If you read the lyrics, I hope they connect with you. If you listen to the music, I hope it connects too. And if it does…welcome to the club.

 

 

 

 

Top 10 Albums-2019 (and then some)

Been away for a while but I’m making a conscious effort to come back to the blog, and the way I have chosen to do so is with the obligatory Top 10 Albums list. All us music geeks do this every year so we can compare, contrast, and argue about the records included (and placement of said records on the lists) with our friends. If you’re not into this sort of thing…sorry. I’ll write something with more universal appeal next time. But maybe check it out anyway, you could find a new favorite for yourself.

A quick note about the list. These are all records/cds I actually purchased. I know, crazy. My tastes lean toward rock music and most subsets thereof, and Americana/outlaw country ( not pop country or bro country or whatever it’s called these days). While I do listen to other miscellaneous genres I don’t tend to actually purchase full records very often in those areas. I just hear a few songs I dig on the radio now and then, but not full albums so you will seldom find that stuff on my list.

Rules: Only new releases count. No compilations or live records. No E.P.s.

PART ONE: THE ALMOST MADE ITS

This is the stuff I really dug but just didn’t quite get on the list. Still very much worth listening to though. Here we go, in no particular order:

STRAY CATS-40 (It’s everything you expect it to be. Lots of fun, but perhaps overlong.)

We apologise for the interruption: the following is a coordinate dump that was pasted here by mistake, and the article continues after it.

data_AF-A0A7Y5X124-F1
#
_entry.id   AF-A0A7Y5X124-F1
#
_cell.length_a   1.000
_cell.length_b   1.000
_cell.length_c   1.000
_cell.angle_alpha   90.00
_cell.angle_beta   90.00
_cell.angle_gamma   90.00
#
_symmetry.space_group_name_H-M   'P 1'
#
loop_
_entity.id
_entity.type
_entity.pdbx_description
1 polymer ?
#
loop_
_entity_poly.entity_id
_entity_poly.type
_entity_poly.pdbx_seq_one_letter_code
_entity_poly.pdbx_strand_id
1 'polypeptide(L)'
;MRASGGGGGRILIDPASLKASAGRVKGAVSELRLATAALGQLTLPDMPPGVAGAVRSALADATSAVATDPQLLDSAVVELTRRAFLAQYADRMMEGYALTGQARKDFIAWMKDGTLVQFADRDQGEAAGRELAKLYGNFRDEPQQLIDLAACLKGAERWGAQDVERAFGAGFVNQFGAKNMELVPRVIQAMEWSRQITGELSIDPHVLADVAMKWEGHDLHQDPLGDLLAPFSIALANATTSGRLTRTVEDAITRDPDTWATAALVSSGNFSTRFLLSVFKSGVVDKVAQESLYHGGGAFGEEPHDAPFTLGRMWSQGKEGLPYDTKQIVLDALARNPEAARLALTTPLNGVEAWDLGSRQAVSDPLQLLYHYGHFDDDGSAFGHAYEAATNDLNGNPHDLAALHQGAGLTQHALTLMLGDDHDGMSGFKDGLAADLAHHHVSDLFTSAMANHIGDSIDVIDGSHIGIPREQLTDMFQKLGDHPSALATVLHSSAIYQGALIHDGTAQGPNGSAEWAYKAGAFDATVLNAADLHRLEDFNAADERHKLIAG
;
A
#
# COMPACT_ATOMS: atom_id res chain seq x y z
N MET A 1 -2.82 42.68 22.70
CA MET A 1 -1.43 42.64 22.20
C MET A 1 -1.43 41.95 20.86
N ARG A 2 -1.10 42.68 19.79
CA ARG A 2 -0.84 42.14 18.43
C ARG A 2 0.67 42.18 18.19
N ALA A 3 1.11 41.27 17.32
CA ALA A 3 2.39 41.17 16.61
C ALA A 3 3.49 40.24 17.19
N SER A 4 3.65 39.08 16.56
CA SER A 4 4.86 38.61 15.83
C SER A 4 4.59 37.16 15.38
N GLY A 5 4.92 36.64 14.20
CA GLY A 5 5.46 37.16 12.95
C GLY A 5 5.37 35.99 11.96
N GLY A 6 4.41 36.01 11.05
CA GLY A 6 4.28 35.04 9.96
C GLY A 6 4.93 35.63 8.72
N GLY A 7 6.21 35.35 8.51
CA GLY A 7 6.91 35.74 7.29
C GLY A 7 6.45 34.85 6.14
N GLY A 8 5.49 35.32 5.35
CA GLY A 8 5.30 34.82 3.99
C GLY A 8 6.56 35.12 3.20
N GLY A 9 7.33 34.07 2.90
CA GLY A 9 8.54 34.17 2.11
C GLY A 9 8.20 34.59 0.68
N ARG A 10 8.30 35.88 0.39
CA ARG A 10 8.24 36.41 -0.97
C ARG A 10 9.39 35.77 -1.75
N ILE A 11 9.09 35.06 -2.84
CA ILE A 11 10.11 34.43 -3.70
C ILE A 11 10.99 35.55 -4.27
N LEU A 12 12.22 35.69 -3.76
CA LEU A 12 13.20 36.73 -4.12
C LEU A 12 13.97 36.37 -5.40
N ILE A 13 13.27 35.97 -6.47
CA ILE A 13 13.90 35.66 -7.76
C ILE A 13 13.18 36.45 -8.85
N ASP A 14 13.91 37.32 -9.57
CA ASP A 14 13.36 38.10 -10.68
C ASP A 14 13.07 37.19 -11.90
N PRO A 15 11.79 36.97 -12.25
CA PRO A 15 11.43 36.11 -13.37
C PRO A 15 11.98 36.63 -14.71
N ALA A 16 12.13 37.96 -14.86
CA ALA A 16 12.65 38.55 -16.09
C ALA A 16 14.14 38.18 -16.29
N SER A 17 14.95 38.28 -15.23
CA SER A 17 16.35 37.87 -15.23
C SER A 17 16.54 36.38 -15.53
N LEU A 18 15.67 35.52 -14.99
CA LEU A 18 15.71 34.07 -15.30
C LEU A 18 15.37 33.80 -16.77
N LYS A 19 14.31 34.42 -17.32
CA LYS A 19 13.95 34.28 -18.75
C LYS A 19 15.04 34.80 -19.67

ELI “PAPERBOY” REED-99 CENT DREAMS (A modern Stax album. R&B soul that is infectious and always makes me smile when I hear it. I will kick myself later for leaving this off the actual list.)

DADDY LONG LEGS-LOWDOWN WAYS (Three guys keeping Delta blues alive. Lots of harmonica,)

ELENI MANDELL-WAKE UP AGAIN (Mandell is a singer/songwriter who uses straightforward arrangements to create electric folk/indie songs that are powerful, sobering and relevant. Inspired by her visits to women’s prisons, teaching songwriting. Good stuff.)

Okay, here it is, 2019 TOP 10

10. KING GIZZARD AND THE LIZARD WIZARD-INFEST THE RAT’S NEST                       (METAL!!! This is an interesting take on the Thrash Metal genre by a heavy psych band. Maybe it’s not the metal masterpiece they envisioned, and it’s probably one rewrite away from being an excellent concept album…but the thrash is there-as is a long Sabbath-y jam in the middle. And it reminded me of listening to early Metallica and Anthrax in my room as a teen and discovering this type of music when it was all new. And that’s enough to put it on the list.)